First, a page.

Lindsay and Randall have both been over for a visit, as well. I just got back from attending Randall's wedding. I still remember the first time I met him, a little blond guy hanging out the window of the truck at Bear Lake. Every time I would try to get him to say me name, he would say "tractor," just to tease me. So I became "Aunt Tractor." Lauren is next on the docket for a trip, arriving this coming week. I've watched her go from a shy child afraid to give a talk in Primary to a confident young woman and runner up in the local Junior Miss pageant. We've got a couple of more years before Reggie graduates, and I'm looking forward to getting know my youngest nephew better. The only one I missed was Sterling, because we couldn't quite match up schedules and then he went on a mission and got married. Maybe someday, Sterling, we'll get you over here.

I am grateful for all the ways these extended-children of mine have blessed my life. I am grateful to my brothers and sisters-in-law for raising such awesome kids, each of whom have been a bright spot in my life.

*ask your grandparents

Saturday, October 4, 2008

Hooey Ho

Greetings fellow earthlings,

Okay, any of you out there with any knowledge of the Hawaiian language know that it is "hui ho," and "Aloha hui ho" means, loosely translated, "God be with you." That's my favorite translation anyway. More on that later. I chose that title today because I'm not sure my stream-of-consciousness writing will end up to be anything besides a bunch of hooey. As for the "ho" part, that is "ho" as in "westward ho." In other words, hooey that just keeps on coming.

Until now I have resisted becoming a blogger. I don't climb on bandwagons. My parents never had to say "if everyone else jumped off a cliff, would you jump, too?" I fear this contrariness was passed on to my son. I once apologized to him for raising him in the less-than-wonderful environment of south Florida.

"Mom, if we had stayed in Utah, I probably would have had to stand out by being rebellious against the Church. In Florida I could stand out by being religious."

Go figure. I did something right, by accident but right nevertheless.

Anyway, I am probably the only one on the planet who still hasn't read any Harry Potter books. It isn't because I don't think they will be good, it is just that I don't read what everyone else is reading just because they're reading it. I wait for the excitement to die down, see if whatever it is has any staying power, an indication that it wasn't all hype, and then I pick it up, usually cheaper. If not cheaper, at least without having to pitch a tent outside Borders. You see, I don't need someone in Paris to tell me that sage is a hot color, because I already like green. If something is good, it will stand the test of time--books, relationships, granite countertops. Therefore, I am usually reading a little behind the pack, and my recently-redocorated bathroom is done in coral, gold and teal, simply because I like those colors.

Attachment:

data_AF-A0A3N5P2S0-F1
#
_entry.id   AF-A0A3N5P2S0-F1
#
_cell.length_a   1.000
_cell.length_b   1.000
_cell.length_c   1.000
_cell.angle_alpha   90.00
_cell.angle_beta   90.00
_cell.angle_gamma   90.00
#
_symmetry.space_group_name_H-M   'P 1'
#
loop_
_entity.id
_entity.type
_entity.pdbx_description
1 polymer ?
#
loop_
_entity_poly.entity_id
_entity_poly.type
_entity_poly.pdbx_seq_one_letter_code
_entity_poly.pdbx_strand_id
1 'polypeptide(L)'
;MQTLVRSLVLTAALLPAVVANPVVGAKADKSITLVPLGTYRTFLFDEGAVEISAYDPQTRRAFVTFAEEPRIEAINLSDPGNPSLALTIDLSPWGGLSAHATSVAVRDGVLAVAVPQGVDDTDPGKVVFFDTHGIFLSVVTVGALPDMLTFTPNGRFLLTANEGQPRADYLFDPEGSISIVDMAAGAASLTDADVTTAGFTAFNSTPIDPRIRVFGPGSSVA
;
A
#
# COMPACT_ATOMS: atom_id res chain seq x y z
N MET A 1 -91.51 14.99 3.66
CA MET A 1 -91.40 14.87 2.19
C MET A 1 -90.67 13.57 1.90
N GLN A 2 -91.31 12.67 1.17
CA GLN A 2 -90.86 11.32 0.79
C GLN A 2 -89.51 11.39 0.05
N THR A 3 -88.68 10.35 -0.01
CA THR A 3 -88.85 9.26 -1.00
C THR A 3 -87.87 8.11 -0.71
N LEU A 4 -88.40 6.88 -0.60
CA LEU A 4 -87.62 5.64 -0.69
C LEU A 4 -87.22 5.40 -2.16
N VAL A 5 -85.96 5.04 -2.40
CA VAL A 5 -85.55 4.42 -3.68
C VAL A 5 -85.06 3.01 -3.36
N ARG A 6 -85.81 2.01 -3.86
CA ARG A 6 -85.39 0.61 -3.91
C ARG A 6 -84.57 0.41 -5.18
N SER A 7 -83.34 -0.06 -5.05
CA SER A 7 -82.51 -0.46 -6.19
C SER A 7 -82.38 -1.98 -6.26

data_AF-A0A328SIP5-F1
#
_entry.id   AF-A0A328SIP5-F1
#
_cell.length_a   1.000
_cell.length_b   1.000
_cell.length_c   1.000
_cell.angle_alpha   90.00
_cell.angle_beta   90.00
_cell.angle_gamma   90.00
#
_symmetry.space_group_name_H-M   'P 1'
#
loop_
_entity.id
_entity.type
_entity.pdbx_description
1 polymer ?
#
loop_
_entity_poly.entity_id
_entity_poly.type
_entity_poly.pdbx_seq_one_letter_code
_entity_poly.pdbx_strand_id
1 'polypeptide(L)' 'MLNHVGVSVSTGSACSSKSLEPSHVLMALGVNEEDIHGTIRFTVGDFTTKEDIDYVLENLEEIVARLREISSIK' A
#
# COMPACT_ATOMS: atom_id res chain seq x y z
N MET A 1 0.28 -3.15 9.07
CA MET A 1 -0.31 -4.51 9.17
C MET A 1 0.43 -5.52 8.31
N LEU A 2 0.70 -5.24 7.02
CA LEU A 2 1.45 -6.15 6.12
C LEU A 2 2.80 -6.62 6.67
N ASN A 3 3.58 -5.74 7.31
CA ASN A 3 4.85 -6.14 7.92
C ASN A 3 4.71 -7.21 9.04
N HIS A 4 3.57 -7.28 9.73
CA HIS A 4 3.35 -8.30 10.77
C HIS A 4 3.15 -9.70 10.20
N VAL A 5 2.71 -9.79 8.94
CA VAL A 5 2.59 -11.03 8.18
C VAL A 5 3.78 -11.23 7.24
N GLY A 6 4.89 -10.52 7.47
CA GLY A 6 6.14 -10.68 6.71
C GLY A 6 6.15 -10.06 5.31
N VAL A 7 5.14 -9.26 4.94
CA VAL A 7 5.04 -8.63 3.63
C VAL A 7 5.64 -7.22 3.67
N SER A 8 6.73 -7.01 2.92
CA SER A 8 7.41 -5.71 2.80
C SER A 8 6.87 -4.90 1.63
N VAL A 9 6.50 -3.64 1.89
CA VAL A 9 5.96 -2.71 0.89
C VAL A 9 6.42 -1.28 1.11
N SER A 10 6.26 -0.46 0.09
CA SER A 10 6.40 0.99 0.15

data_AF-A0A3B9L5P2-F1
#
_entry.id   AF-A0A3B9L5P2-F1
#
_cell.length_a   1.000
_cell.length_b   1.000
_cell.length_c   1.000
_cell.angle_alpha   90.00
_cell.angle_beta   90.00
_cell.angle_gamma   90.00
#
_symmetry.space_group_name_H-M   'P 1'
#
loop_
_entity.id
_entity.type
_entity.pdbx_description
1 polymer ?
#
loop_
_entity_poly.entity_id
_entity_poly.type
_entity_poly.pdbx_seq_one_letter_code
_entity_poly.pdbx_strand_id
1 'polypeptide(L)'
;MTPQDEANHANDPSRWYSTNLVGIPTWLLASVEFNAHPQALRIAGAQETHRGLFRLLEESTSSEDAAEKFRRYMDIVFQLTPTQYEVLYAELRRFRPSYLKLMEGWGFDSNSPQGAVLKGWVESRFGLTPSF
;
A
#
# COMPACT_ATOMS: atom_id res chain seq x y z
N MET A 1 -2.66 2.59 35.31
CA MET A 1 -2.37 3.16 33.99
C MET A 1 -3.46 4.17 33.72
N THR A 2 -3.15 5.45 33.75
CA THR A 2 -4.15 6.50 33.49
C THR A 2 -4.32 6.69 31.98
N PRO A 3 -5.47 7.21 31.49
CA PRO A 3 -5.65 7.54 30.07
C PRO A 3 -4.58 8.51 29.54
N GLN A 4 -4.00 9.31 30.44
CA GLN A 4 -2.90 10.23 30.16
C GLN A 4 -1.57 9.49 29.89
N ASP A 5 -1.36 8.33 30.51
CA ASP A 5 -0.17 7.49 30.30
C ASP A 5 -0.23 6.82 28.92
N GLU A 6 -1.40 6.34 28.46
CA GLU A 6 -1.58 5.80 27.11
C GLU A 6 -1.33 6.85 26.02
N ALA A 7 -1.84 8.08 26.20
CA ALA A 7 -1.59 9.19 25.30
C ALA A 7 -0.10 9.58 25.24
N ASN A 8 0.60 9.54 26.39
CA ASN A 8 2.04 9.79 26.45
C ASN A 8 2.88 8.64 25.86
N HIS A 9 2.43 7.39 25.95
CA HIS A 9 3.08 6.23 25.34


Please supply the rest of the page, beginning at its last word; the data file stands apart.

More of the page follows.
But I digress. (That would have been a good name for my blog, too, come to think of it.) So because of the above-related tendencies, I have resisted having a blog because of "blog overkill." My assessment is that there used to just be a few bloggers, and people had time to read their blogs, but now everyone and their dog is busy blogging and no one has time to read the blogs. Hey, another great name--the "Everyone and Their Dog Blog." That might be false advertising, though, because sooner or later readers would figure out that it was just me, and I'm not sure my dog would truly have anything meaningful to say. (He's more into the visual arts.) Anyway, I did recently note that even though I am short on time there are a few bloggers that I follow, perhaps not religiously (although come to think of it, I go to their websites about as often as I go to church), because I know they always either make me laugh, brighten my day or lift my spirits. So I am going to blog, in hopes that I can do the same for someone.

I also cannot discount what it means to an author for people to know who they are. In case you missed the campout at Borders waiting for one of my books, there wasn't one. My first book came out on September 11, 2001. Need I say more? (My conspiracy theory involves Anita Stansfield in cahoots with Osama Bin Laden and remains unproven at present.) The release of my next two books roughly coincided with my husband's two back surgeries and promotion of books took a backseat to keeping my husband alive. Book four in the series, entitled "Are We There Yet?" came out quietly in 2004 at the same time as another LDS author released a book by the same name. Anyone who did go in search of my book, probably ended up with his. (Again, I suspect Anita could be involved. Please, if you know her, do not compromise my ongoing investigation by tipping her off.)